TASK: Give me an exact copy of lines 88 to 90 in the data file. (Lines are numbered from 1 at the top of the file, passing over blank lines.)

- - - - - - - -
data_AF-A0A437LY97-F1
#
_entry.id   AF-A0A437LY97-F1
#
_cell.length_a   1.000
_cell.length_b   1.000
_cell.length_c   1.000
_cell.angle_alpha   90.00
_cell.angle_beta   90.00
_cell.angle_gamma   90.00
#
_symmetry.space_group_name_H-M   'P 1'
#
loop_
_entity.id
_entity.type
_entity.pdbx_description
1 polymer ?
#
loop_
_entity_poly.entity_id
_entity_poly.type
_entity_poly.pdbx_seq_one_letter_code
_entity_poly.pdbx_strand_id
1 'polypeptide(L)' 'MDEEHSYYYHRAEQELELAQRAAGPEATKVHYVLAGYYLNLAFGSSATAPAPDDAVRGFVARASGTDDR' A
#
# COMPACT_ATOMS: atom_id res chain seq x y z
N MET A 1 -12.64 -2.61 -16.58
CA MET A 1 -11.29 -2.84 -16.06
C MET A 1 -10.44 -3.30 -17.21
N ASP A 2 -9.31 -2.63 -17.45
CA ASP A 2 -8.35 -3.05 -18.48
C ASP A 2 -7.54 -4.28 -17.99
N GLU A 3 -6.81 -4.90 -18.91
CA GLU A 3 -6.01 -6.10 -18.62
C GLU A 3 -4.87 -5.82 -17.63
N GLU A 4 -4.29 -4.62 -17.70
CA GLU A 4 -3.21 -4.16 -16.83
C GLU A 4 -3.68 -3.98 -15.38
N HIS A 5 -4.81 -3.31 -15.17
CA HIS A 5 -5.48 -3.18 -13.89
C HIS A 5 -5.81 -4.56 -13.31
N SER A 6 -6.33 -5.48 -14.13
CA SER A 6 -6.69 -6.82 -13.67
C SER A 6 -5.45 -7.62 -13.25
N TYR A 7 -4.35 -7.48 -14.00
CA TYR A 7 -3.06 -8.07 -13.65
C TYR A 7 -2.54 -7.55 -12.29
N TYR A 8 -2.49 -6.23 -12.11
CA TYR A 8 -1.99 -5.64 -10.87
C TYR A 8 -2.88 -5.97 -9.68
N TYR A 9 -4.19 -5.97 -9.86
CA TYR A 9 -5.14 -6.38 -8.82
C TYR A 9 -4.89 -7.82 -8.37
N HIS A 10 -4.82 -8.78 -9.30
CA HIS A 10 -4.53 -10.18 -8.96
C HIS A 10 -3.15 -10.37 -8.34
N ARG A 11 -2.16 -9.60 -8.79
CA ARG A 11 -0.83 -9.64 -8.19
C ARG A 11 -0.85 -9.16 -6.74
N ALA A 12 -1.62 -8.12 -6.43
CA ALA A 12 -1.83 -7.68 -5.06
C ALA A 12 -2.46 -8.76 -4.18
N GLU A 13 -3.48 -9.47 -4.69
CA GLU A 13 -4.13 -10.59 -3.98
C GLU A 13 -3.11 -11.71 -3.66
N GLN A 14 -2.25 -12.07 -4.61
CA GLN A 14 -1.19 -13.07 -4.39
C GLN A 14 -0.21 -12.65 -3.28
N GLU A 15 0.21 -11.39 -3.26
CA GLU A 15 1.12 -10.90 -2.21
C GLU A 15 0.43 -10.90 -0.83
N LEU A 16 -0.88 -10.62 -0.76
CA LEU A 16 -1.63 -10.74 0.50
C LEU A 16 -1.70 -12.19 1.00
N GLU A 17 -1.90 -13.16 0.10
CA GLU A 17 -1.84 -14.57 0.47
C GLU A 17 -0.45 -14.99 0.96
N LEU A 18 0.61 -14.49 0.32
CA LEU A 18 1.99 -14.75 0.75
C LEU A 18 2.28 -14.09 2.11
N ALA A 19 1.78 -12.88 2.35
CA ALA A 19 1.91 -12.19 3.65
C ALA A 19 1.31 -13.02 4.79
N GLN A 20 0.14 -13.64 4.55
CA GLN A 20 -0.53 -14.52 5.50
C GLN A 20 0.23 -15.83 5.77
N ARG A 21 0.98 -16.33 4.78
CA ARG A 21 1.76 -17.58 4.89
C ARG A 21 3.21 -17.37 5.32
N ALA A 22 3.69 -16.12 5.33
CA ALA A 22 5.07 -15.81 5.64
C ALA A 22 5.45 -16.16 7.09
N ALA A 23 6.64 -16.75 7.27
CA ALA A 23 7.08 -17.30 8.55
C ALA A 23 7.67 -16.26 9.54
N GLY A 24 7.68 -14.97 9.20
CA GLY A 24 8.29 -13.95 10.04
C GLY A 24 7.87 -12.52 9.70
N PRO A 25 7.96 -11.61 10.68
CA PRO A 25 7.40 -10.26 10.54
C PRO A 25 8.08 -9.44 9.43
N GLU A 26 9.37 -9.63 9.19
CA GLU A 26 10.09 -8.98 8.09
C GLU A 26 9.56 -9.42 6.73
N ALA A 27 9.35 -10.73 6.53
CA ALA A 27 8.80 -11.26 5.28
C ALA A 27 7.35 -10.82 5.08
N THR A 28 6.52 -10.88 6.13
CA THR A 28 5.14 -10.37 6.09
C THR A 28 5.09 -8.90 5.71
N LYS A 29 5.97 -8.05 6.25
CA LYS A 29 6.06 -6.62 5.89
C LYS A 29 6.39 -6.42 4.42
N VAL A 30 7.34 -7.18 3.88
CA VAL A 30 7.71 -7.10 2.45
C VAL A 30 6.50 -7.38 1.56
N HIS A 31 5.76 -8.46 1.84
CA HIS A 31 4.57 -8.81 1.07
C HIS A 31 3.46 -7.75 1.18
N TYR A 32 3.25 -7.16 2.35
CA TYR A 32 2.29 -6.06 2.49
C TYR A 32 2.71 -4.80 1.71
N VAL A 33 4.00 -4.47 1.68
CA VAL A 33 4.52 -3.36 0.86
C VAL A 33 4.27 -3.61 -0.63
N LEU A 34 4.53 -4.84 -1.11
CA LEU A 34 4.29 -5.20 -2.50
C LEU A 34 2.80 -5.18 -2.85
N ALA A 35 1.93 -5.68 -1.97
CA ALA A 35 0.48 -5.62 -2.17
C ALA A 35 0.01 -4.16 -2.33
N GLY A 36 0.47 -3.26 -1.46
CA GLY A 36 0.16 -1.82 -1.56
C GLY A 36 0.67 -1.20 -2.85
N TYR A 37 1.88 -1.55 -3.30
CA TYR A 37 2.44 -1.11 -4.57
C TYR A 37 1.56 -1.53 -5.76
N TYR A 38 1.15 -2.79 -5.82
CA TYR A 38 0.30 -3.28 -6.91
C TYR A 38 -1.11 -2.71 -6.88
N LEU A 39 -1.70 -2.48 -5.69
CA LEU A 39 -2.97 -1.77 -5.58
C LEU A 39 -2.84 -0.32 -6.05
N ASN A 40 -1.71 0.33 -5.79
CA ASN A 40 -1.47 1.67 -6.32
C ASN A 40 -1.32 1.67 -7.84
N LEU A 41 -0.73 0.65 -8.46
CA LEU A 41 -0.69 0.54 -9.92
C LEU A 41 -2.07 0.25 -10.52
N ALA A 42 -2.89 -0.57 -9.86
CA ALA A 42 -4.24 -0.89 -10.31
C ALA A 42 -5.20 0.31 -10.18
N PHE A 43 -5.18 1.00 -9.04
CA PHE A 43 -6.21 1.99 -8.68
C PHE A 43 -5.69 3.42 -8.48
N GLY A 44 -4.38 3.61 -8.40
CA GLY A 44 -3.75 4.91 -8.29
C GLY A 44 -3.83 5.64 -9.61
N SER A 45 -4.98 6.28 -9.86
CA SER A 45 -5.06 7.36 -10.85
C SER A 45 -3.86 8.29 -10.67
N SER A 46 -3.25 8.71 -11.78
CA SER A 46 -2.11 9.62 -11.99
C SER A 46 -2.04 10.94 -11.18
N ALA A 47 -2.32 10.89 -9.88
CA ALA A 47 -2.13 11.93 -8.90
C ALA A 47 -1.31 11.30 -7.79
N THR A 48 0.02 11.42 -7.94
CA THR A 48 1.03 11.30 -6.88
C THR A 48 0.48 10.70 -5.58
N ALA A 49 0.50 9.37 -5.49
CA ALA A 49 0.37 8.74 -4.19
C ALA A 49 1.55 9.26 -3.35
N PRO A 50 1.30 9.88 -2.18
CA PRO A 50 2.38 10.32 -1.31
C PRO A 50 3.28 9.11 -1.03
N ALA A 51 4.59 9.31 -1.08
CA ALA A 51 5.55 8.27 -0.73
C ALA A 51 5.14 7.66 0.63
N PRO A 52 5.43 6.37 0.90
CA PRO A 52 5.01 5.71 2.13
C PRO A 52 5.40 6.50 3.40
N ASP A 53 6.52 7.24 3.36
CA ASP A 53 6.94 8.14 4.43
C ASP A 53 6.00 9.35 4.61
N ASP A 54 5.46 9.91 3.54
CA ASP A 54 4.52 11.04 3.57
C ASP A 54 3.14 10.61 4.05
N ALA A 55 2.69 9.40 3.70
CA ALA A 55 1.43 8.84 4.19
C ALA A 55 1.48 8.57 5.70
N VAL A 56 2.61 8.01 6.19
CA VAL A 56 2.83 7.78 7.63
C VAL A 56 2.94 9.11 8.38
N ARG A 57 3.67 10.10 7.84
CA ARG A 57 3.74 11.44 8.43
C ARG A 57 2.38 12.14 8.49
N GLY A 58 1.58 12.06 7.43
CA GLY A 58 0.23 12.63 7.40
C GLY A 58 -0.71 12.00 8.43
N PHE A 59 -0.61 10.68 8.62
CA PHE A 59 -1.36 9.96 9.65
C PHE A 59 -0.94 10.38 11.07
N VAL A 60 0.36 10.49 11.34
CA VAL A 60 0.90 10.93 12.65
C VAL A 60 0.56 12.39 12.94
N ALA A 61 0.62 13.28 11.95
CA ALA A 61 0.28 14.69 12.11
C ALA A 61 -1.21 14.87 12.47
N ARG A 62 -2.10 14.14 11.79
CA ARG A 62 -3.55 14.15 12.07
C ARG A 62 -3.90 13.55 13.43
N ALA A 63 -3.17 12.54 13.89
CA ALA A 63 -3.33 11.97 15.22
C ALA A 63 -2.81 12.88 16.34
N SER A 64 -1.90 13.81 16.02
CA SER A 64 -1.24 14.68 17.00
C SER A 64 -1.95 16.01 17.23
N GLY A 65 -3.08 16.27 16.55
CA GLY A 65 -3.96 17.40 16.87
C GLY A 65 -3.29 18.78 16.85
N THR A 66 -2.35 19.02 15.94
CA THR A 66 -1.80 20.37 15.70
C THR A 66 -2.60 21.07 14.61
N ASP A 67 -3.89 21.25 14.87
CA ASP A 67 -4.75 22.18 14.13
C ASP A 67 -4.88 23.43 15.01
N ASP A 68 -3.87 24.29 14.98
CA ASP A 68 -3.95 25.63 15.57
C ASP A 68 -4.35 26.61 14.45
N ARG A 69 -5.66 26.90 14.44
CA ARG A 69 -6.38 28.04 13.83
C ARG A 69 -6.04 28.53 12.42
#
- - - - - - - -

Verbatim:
N ARG A 21 0.98 -16.33 4.78
CA ARG A 21 1.76 -17.58 4.89
C ARG A 21 3.21 -17.37 5.32